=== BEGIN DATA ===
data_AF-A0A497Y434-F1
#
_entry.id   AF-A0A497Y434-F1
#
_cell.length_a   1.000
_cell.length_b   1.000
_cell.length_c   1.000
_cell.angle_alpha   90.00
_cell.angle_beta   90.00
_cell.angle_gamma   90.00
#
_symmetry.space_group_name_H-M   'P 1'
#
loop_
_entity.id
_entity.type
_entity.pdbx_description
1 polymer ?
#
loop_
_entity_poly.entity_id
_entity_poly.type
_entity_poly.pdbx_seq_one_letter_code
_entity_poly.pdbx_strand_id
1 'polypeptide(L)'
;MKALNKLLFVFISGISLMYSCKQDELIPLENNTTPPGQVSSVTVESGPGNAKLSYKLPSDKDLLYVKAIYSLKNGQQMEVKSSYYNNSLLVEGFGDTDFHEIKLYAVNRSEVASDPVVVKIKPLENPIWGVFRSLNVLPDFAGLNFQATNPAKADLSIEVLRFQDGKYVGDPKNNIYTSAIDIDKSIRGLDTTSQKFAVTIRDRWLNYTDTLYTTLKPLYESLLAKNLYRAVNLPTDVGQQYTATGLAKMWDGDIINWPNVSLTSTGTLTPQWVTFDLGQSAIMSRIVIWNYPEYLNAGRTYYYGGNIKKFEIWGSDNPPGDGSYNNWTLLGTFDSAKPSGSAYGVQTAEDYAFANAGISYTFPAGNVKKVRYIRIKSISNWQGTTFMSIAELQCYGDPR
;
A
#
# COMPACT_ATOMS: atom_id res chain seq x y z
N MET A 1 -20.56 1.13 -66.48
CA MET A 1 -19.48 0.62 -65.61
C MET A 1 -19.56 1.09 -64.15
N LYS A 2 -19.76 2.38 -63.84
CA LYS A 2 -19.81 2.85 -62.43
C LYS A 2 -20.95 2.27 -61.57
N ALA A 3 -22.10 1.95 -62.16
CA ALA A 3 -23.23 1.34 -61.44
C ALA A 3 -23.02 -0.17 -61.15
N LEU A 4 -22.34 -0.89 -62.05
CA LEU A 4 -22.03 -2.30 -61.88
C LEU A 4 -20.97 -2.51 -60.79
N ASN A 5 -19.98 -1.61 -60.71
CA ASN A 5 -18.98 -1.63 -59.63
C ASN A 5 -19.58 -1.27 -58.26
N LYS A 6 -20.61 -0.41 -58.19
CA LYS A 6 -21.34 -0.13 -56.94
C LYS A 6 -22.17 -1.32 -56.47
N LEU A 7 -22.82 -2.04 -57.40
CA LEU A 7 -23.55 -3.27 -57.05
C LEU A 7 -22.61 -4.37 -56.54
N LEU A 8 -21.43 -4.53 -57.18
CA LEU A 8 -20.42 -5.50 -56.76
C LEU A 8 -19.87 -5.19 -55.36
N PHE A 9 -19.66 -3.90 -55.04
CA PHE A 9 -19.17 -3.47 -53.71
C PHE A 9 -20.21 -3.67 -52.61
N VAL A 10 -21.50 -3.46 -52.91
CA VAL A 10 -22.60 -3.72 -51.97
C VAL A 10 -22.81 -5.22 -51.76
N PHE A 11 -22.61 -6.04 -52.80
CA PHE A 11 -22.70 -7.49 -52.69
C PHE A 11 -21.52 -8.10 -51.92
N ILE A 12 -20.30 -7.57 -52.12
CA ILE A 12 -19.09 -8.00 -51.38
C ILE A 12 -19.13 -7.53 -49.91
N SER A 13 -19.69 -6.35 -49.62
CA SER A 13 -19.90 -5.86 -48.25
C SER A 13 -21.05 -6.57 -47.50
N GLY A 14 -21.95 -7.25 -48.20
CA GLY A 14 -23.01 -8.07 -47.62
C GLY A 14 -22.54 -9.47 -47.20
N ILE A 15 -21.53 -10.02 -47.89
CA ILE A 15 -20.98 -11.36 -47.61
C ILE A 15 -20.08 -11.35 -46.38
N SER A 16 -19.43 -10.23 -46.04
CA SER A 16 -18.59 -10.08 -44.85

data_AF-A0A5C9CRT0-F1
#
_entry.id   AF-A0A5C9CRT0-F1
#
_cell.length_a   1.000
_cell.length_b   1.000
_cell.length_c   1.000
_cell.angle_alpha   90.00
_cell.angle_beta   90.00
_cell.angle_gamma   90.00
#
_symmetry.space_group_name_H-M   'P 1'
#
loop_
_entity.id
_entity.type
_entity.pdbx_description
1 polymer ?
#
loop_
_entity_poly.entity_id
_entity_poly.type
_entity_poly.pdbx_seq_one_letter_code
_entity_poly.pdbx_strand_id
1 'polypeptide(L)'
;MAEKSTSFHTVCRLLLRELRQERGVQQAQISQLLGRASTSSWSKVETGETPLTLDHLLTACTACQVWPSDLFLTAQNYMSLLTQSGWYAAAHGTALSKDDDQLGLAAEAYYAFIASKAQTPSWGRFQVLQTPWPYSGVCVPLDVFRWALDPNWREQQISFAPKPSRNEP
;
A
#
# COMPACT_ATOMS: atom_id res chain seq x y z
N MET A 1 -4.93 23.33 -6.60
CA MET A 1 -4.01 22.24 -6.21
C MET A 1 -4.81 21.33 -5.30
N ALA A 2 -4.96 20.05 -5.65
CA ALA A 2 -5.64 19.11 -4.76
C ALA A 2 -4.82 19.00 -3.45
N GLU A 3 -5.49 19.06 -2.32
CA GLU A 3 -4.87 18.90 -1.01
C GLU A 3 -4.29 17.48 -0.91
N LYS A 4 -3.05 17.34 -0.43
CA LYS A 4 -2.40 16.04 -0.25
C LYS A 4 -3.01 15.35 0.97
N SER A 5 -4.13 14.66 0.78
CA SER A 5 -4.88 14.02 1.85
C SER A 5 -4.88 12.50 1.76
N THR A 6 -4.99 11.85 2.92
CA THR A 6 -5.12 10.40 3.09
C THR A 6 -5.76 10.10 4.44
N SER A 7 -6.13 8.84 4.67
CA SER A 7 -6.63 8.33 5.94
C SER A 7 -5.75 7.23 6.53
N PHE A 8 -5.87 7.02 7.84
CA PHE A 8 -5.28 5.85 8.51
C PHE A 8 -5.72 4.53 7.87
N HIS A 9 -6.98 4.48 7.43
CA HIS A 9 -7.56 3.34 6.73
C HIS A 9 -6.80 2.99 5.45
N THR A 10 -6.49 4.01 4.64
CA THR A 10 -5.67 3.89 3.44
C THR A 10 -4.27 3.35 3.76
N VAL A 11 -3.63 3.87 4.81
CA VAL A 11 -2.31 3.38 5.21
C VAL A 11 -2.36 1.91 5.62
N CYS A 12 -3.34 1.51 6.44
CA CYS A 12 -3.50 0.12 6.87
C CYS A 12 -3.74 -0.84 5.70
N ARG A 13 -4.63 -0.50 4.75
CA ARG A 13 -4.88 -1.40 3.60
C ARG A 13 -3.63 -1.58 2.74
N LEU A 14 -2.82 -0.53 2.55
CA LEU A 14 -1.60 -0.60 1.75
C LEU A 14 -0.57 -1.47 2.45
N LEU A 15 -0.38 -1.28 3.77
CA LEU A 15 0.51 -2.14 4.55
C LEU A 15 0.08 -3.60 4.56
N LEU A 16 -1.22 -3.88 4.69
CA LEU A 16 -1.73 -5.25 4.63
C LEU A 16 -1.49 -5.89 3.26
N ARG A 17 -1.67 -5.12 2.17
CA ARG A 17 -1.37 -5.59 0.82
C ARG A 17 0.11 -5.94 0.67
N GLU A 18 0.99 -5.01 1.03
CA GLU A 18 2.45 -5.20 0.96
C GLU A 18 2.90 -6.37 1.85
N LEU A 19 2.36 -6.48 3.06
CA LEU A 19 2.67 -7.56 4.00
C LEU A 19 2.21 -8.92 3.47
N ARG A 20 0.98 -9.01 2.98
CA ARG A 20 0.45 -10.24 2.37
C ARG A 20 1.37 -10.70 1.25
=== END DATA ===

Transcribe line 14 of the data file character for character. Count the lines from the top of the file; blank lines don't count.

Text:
loop_